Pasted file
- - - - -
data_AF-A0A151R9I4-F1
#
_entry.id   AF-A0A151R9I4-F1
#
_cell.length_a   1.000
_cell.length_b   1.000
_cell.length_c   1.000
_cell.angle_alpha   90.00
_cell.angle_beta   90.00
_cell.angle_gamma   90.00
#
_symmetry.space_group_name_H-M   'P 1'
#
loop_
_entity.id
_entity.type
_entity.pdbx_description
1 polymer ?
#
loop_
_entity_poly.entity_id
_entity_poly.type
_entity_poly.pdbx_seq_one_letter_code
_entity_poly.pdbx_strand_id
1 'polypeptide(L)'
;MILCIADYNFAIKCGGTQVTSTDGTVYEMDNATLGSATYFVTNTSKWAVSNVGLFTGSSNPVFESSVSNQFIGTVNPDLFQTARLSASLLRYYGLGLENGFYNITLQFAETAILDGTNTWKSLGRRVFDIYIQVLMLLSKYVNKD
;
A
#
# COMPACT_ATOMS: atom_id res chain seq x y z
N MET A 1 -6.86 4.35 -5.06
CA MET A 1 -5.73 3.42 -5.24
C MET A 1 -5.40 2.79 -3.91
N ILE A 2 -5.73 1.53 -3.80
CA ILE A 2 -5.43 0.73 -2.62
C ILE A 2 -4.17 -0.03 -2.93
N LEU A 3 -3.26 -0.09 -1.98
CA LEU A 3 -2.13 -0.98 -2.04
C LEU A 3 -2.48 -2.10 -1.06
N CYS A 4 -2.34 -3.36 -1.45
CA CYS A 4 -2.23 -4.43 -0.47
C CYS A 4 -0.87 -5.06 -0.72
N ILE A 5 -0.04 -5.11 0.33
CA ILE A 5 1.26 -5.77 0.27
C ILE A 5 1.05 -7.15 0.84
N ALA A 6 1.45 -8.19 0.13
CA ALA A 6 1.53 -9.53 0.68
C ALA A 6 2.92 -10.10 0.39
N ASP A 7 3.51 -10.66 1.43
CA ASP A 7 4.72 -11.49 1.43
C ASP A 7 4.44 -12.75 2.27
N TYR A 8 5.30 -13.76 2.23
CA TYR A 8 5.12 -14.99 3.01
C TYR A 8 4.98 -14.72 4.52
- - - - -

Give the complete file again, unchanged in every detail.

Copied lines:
data_AF-A0A151R9I4-F1
#
_entry.id   AF-A0A151R9I4-F1
#
_cell.length_a   1.000
_cell.length_b   1.000
_cell.length_c   1.000
_cell.angle_alpha   90.00
_cell.angle_beta   90.00
_cell.angle_gamma   90.00
#
_symmetry.space_group_name_H-M   'P 1'
#
loop_
_entity.id
_entity.type
_entity.pdbx_description
1 polymer ?
#
loop_
_entity_poly.entity_id
_entity_poly.type
_entity_poly.pdbx_seq_one_letter_code
_entity_poly.pdbx_strand_id
1 'polypeptide(L)'
;MILCIADYNFAIKCGGTQVTSTDGTVYEMDNATLGSATYFVTNTSKWAVSNVGLFTGSSNPVFESSVSNQFIGTVNPDLFQTARLSASLLRYYGLGLENGFYNITLQFAETAILDGTNTWKSLGRRVFDIYIQVLMLLSKYVNKD
;
A
#
# COMPACT_ATOMS: atom_id res chain seq x y z
N MET A 1 -6.86 4.35 -5.06
CA MET A 1 -5.73 3.42 -5.24
C MET A 1 -5.40 2.79 -3.91
N ILE A 2 -5.73 1.53 -3.80
CA ILE A 2 -5.43 0.73 -2.62
C ILE A 2 -4.17 -0.03 -2.93
N LEU A 3 -3.26 -0.09 -1.98
CA LEU A 3 -2.13 -0.98 -2.04
C LEU A 3 -2.48 -2.10 -1.06
N CYS A 4 -2.34 -3.36 -1.45
CA CYS A 4 -2.23 -4.43 -0.47
C CYS A 4 -0.87 -5.06 -0.72
N ILE A 5 -0.04 -5.11 0.33
CA ILE A 5 1.26 -5.77 0.27
C ILE A 5 1.05 -7.15 0.84
N ALA A 6 1.45 -8.19 0.13
CA ALA A 6 1.53 -9.53 0.68
C ALA A 6 2.92 -10.10 0.39
N ASP A 7 3.51 -10.66 1.43
CA ASP A 7 4.72 -11.49 1.43
C ASP A 7 4.44 -12.75 2.27
N TYR A 8 5.30 -13.76 2.23
CA TYR A 8 5.12 -14.99 3.01
C TYR A 8 4.98 -14.72 4.52